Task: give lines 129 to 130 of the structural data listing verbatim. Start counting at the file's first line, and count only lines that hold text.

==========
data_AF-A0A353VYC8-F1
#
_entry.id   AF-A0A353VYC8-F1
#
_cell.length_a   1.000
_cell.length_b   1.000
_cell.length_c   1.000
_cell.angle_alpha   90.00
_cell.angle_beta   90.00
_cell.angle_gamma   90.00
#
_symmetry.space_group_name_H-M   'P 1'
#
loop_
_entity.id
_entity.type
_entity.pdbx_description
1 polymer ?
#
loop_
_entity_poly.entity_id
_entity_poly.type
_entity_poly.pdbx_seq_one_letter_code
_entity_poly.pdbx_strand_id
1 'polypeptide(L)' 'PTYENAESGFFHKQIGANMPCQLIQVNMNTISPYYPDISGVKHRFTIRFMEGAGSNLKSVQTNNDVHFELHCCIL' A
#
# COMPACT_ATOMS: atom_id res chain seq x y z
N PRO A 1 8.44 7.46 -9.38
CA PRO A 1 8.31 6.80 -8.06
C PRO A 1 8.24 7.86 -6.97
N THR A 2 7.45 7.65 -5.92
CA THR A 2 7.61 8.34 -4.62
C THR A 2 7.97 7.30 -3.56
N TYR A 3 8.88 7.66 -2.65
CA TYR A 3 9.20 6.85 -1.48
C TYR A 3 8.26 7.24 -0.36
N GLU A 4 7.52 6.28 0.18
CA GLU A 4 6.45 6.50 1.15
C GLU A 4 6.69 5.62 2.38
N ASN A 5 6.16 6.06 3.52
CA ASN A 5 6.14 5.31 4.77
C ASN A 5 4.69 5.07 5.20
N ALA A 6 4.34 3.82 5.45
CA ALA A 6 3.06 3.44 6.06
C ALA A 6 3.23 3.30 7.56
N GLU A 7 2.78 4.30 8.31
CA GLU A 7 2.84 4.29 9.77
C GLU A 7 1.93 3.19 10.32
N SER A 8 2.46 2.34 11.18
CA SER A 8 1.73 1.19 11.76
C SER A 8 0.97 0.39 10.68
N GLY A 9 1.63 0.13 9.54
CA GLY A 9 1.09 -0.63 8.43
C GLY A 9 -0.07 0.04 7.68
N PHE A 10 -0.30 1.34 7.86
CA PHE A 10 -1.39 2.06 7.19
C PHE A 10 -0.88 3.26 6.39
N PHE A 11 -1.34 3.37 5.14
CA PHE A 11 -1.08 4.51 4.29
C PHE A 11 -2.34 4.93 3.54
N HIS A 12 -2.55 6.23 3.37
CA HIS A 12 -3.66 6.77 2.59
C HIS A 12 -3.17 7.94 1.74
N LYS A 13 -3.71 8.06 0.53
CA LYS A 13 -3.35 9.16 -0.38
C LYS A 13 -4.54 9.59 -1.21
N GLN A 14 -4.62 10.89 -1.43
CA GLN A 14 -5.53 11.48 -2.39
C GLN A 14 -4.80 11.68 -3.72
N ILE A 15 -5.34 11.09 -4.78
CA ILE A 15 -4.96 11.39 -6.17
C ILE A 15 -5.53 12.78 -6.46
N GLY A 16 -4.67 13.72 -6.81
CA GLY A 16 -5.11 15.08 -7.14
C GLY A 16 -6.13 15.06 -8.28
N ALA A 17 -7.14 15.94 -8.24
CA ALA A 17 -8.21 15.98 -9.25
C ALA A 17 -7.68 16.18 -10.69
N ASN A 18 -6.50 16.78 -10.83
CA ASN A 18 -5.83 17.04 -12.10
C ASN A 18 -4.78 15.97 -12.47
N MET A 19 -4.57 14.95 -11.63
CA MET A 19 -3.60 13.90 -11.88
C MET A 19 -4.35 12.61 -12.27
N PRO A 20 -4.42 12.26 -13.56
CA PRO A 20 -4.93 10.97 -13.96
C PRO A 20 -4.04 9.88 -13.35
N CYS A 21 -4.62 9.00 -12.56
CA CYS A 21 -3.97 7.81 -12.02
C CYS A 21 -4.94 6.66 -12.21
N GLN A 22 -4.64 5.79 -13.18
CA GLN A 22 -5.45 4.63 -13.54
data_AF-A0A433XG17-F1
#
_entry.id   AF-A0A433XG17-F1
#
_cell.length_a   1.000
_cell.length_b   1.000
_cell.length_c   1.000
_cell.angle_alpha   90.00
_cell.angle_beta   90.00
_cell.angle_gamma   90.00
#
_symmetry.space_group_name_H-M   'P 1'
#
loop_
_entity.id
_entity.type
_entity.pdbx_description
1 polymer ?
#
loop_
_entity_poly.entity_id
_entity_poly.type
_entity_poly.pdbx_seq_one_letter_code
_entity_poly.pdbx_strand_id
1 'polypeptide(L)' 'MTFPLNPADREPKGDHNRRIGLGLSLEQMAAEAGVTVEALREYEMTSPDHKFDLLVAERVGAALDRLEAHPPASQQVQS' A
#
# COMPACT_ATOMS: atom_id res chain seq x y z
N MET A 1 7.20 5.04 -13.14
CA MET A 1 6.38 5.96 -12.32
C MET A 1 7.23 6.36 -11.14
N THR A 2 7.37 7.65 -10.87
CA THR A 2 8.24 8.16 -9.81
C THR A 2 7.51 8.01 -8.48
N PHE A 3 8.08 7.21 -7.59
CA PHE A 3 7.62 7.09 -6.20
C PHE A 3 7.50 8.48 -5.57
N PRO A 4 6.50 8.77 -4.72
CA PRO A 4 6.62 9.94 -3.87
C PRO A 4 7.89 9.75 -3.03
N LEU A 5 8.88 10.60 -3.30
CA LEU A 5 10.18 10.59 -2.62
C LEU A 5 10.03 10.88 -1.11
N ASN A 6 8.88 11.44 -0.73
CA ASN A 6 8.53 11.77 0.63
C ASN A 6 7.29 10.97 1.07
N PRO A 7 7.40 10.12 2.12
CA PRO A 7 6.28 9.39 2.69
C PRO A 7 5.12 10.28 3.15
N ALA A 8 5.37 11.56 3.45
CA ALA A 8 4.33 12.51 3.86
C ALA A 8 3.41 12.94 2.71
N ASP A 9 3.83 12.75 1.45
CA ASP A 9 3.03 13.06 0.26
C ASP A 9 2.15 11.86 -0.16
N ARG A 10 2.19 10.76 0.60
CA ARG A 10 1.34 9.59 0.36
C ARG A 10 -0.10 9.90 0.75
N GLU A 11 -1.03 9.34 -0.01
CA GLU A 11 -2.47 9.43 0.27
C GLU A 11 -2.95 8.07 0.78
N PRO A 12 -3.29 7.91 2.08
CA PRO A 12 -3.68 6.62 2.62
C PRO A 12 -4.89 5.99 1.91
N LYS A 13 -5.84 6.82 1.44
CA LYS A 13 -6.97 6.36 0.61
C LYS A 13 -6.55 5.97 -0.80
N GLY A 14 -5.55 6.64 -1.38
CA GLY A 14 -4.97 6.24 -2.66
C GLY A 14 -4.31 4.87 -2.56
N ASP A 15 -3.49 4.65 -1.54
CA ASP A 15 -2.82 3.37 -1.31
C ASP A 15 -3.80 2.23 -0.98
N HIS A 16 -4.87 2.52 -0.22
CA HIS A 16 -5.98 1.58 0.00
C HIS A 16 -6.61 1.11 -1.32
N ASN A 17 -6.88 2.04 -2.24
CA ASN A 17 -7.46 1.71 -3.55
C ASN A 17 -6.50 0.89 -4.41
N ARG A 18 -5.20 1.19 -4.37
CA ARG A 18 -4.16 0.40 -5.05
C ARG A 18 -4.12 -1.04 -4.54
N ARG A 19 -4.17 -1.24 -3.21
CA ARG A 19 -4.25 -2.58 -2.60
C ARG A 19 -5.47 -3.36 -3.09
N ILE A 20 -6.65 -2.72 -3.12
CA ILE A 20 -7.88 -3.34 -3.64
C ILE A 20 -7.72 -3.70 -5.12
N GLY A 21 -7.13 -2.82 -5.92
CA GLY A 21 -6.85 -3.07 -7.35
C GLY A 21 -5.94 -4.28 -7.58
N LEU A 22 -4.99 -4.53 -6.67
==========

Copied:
N PRO A 4 6.50 8.77 -4.72
CA PRO A 4 6.62 9.94 -3.87